Chinese Herbal Medicine in Treating Primary Sjögren's Syndrome: A Systematic Review of Randomized Trials

Center for Evidence-Based Chinese Medicine, Beijing University of Chinese Medicine, Chaoyang District, Beijing 100029, China.
Evidence-based Complementary and Alternative Medicine (Impact Factor: 2.18). 08/2012; 2012:640658. DOI: 10.1155/2012/640658
Source: PubMed

ABSTRACT Background. There is no curative treatment for primary Sjögren's syndrome (PSS). Chinese herbal medicine (CHM) is widely used in the treatment of PSS in China. Objective. To evaluate the effectiveness and safety of CHM for PSS. Methods. PubMed, Cochrane Library, China Knowledge Resource Integrated Database, Chinese Biomedical Database, Wanfang Data, and the Database for Chinese Technical Periodicals were searched for randomized controlled trials (RCTs) of CHM or CHM plus conventional medicine for PSS compared with placebo or conventional medicine. RevMan 5.0.17 was employed to conduct data analyses and assess homogeneity. Statistical models were chosen according to heterogeneity. Results. A total of 52 RCTs were included. The overall methodological quality of included trials was low. 49 trials reported response rates, of which 32 found significant improvements favoring CHM treatment against controls; 20 trials reported lacrimal function by Schirmer test scores, of which 16 trials reported a significant difference favoring CHM treatment. 21 trials reported salivary function by salivary flow rate, of which 10 reported significant favorable effects of CHM treatment. Other trials found no difference. The reported adverse effects of CHM included nausea, diarrhea, and other minor digestive symptoms, but more frequent adverse effects occurred in conventional medicine groups. Conclusions. Preliminary evidence from RCTs suggests the effect of CHM is promising for relieving symptoms, improving lacrimal and salivary function in PSS. However, the poor methodological quality of the included trials means that further well-designed, multicentered, larger trials are needed.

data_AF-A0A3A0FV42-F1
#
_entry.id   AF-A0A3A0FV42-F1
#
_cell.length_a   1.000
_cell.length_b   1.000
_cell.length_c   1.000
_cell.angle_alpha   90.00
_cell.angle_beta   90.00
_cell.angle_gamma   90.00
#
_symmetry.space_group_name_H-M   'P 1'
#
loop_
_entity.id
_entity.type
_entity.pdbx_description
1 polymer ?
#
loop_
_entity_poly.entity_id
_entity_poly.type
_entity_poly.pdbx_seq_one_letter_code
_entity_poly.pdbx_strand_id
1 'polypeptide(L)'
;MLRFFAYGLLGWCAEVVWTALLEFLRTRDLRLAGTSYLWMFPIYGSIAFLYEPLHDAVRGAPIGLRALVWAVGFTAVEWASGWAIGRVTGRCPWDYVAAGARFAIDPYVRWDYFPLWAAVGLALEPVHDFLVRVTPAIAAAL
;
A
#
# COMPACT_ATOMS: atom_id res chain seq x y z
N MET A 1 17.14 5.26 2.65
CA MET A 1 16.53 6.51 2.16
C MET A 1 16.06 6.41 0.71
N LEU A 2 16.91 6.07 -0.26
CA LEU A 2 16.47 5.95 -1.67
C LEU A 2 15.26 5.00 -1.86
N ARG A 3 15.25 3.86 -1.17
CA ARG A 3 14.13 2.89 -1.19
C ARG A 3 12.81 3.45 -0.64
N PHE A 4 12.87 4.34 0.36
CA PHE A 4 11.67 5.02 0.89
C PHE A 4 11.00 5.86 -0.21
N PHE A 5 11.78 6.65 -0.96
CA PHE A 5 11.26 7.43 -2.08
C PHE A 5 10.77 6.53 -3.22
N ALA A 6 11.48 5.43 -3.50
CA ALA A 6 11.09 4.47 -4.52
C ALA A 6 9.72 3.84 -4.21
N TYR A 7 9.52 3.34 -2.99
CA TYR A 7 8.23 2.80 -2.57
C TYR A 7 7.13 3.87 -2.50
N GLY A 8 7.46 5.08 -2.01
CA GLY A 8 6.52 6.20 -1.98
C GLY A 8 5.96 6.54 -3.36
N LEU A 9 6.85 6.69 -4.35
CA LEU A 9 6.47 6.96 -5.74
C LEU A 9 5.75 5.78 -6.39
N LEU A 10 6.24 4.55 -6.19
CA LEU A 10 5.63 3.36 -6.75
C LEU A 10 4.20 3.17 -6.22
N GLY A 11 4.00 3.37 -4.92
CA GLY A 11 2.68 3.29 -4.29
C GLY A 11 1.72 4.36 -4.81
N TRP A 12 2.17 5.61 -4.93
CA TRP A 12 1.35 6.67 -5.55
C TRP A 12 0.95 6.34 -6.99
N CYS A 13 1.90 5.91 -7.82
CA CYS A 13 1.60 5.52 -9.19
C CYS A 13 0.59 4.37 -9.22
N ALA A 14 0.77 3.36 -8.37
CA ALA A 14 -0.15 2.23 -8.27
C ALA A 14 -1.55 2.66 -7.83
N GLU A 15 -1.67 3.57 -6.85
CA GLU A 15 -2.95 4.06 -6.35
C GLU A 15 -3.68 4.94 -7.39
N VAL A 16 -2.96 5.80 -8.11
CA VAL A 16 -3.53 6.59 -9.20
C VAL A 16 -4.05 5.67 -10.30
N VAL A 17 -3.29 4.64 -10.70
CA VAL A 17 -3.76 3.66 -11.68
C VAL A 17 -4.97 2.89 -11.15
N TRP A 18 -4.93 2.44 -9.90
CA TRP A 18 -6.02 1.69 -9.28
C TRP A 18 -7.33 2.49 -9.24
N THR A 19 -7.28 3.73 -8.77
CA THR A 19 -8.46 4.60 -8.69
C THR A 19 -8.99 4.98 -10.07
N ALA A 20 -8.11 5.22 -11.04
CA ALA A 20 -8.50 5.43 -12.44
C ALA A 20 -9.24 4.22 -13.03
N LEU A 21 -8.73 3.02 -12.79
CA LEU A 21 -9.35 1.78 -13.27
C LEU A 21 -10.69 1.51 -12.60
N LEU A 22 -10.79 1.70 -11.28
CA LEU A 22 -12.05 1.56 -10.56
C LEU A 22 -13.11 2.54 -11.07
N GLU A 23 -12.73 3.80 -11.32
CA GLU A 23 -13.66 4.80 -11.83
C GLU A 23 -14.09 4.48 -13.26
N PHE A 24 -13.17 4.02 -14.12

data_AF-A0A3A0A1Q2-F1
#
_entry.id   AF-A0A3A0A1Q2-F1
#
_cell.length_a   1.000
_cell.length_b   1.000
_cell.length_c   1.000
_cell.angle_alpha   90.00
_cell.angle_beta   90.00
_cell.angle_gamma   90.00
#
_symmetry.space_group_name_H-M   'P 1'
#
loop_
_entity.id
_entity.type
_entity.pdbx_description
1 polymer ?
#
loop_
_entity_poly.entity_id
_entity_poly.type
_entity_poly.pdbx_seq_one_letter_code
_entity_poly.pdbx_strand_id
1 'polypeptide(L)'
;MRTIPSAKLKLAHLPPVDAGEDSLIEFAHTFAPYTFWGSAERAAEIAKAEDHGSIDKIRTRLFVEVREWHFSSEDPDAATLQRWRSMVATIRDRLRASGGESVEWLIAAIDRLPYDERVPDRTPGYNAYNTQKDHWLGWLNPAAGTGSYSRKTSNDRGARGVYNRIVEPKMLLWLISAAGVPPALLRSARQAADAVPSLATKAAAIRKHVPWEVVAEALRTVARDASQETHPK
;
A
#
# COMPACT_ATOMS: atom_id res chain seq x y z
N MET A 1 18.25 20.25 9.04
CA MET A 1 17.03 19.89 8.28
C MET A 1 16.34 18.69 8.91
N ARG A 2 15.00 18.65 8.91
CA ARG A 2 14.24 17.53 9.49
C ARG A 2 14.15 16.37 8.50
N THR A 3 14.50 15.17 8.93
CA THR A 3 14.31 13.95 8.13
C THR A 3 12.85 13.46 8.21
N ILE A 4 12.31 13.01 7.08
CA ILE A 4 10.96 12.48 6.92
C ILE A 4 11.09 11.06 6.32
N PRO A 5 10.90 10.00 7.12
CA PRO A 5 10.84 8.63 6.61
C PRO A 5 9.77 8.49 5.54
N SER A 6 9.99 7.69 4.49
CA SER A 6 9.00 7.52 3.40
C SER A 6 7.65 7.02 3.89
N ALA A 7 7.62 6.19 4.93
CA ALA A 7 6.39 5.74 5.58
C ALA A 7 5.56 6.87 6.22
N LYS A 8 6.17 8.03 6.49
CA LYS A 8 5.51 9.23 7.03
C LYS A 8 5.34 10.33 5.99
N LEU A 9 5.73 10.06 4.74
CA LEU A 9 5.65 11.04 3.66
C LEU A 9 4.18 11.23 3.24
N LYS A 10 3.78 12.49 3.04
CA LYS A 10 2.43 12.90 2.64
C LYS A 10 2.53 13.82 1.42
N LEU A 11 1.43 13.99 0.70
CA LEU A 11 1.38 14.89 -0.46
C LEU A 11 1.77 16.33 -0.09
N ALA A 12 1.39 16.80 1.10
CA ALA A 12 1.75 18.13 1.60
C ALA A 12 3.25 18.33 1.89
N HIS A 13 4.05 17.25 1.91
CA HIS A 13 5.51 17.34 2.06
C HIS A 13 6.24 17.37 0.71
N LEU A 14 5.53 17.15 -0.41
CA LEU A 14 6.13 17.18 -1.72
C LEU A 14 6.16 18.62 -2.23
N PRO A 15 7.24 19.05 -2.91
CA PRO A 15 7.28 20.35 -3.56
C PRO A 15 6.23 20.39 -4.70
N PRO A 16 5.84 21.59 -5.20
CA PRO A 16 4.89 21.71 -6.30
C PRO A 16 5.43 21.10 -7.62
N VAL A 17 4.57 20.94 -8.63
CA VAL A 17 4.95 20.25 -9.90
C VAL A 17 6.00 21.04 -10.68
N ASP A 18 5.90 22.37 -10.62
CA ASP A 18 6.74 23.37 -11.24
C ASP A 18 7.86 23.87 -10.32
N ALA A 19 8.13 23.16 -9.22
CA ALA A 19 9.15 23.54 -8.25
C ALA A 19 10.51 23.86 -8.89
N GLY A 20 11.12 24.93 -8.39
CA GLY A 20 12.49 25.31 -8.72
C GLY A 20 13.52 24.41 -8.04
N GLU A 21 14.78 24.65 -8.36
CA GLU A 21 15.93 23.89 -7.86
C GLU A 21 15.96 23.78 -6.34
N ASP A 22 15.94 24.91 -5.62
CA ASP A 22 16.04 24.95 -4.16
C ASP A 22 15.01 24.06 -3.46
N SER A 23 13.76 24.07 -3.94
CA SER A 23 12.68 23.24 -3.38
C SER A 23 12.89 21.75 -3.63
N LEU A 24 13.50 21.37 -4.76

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    ABSTRACT: Ethnopharmacological relevance: Traditional Chinese medicines (TCM), when given for symptom relief, have gained widespread popularity among Sjogren's patients. The aim of this study was to analyze the utilization of TCM among Sjogren's patients in Taiwan. Materials and methods: The usage, frequency of service, and the Chinese herbal products prescribed among Sjogren's patients were evaluated in a cohort of 1,000,000 beneficiaries recruited from the National Health Insurance Research Database. The logistic regression method was employed to estimate the odds ratios (ORs) for utilization of a TCM. Results: More than 90% of Sjogren's patients received TCM out-patient services at least once during the study period. Patients with secondary Sjogren's syndrome were more likely to seek TCM treatment than those with primary Sjogren's syndrome. The aOR for those suffering from at least one rheumatologic disease was 1.56(95% CI: 1.26-1.93), those with two rheumatologic diseases was 1.98 (95% CI: 1.29-3.04), while those with three or more rheumatologic diseases was 7.86 (95% CI: 1.09-56.58). Compared to Sjogren's patients who used no medical treatment, the aOR for those who took one type of conventional medication was 1.55 (95% CI: 1.25-1.92), those who took two types was 1.98 (95% CI: 1.60-2.47) while those who took three or more types was 2.91 (95% CI: 2.20-3.84). Qi-Ju-Di-Huang-Wan (Lycium Berry, Chrysanthemum, and Rehmannia Pill) was the most frequently prescribed formula among Sjogren's patients. Conclusion: Qi-Ju-Di-Huang-Wan is the most commonly prescribed Chinese herbal formula for Sjogren's syndrome and its effects should be taken into account by healthcare providers.
    Journal of Ethnopharmacology 06/2014; 155(1). DOI:10.1016/j.jep.2014.05.049 · 2.94 Impact Factor

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